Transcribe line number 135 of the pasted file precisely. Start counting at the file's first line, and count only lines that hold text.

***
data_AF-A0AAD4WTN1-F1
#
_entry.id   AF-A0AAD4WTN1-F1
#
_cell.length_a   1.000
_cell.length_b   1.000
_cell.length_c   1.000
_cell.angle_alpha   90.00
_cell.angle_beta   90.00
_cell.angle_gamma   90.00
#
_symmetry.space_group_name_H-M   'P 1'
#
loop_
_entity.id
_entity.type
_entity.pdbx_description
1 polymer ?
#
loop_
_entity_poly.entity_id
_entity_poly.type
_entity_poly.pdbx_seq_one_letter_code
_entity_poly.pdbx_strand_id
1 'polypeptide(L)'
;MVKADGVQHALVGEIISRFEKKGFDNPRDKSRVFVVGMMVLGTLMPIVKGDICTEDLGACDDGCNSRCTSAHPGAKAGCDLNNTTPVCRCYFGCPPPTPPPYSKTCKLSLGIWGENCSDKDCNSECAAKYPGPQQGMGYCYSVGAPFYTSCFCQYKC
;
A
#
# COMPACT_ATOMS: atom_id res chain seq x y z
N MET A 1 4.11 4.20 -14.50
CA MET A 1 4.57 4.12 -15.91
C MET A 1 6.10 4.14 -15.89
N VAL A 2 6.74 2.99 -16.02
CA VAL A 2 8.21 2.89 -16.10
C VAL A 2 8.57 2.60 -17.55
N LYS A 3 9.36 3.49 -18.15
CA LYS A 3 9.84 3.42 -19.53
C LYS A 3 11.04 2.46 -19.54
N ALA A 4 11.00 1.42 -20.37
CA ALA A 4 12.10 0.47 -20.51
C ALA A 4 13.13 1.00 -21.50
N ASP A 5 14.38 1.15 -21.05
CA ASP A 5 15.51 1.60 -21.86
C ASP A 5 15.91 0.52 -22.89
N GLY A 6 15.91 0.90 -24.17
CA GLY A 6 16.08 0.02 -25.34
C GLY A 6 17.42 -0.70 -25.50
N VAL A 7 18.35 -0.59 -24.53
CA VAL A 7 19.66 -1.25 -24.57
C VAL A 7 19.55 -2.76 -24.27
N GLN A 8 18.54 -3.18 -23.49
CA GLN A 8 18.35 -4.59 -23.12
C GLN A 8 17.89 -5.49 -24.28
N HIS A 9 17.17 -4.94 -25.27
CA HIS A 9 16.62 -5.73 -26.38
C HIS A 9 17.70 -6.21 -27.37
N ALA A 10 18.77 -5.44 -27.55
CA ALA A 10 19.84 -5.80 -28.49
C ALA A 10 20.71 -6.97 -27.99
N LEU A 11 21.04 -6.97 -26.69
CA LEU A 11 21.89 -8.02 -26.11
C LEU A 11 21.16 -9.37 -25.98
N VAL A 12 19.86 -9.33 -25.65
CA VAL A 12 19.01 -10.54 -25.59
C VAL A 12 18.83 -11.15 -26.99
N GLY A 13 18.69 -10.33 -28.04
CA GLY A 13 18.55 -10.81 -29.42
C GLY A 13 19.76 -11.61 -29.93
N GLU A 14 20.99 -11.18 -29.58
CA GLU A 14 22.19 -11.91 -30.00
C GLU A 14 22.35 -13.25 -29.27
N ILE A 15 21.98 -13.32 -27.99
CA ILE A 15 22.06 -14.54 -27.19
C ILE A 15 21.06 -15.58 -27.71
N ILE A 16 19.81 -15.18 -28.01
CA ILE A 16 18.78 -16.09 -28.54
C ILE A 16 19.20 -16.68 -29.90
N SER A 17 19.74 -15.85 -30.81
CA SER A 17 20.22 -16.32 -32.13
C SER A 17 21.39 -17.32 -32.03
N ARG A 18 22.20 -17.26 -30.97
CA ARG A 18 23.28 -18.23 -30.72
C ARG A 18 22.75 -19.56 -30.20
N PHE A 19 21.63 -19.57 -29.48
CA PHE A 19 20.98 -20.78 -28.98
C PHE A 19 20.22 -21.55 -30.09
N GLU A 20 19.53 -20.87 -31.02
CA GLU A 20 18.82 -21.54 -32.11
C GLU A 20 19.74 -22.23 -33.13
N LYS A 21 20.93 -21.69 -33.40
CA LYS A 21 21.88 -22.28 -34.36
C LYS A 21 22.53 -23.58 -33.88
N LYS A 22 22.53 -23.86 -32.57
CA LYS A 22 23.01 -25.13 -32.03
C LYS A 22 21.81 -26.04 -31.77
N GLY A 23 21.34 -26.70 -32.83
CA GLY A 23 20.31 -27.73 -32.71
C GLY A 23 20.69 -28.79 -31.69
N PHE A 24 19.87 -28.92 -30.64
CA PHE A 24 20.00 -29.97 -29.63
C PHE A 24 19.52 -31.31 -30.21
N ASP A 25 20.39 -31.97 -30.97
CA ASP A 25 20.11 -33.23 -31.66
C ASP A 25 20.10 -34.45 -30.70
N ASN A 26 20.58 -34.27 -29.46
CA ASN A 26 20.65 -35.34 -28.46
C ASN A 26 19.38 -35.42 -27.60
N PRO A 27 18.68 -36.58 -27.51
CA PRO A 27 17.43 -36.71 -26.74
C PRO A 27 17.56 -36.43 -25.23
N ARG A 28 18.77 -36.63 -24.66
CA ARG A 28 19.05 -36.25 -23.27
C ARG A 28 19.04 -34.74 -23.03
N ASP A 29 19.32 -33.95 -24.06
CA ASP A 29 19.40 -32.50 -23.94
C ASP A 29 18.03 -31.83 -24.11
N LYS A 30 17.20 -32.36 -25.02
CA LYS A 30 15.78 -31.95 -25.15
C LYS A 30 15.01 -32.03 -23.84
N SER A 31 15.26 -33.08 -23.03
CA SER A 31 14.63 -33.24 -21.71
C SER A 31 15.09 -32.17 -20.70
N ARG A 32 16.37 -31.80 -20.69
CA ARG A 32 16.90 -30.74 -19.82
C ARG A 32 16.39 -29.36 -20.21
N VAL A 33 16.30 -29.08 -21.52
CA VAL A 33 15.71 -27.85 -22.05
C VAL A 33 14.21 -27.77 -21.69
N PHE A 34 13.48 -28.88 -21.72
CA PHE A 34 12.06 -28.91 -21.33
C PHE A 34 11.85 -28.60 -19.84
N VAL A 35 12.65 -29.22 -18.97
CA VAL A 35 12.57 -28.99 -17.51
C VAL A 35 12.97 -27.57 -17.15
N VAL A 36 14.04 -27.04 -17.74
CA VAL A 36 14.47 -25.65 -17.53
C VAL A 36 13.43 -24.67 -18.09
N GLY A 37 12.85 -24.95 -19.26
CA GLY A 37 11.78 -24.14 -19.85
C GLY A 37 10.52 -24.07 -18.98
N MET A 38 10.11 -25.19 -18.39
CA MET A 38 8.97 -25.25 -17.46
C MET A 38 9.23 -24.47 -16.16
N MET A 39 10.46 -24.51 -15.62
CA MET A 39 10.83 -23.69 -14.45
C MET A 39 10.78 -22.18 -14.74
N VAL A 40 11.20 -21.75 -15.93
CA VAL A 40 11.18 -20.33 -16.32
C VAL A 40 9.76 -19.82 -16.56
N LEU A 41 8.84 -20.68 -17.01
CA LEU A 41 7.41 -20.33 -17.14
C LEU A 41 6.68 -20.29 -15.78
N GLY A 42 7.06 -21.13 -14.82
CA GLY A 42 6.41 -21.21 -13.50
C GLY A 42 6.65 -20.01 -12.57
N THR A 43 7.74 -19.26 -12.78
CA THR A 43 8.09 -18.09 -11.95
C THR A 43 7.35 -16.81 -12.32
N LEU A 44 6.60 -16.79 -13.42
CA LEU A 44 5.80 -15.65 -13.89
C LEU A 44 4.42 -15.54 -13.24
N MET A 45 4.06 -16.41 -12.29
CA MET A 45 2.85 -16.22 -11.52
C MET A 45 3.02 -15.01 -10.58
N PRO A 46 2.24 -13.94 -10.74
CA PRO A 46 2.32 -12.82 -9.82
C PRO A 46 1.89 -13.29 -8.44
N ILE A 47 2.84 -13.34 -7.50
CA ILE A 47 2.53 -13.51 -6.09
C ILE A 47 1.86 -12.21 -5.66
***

C VAL A 35 12.97 -27.57 -17.15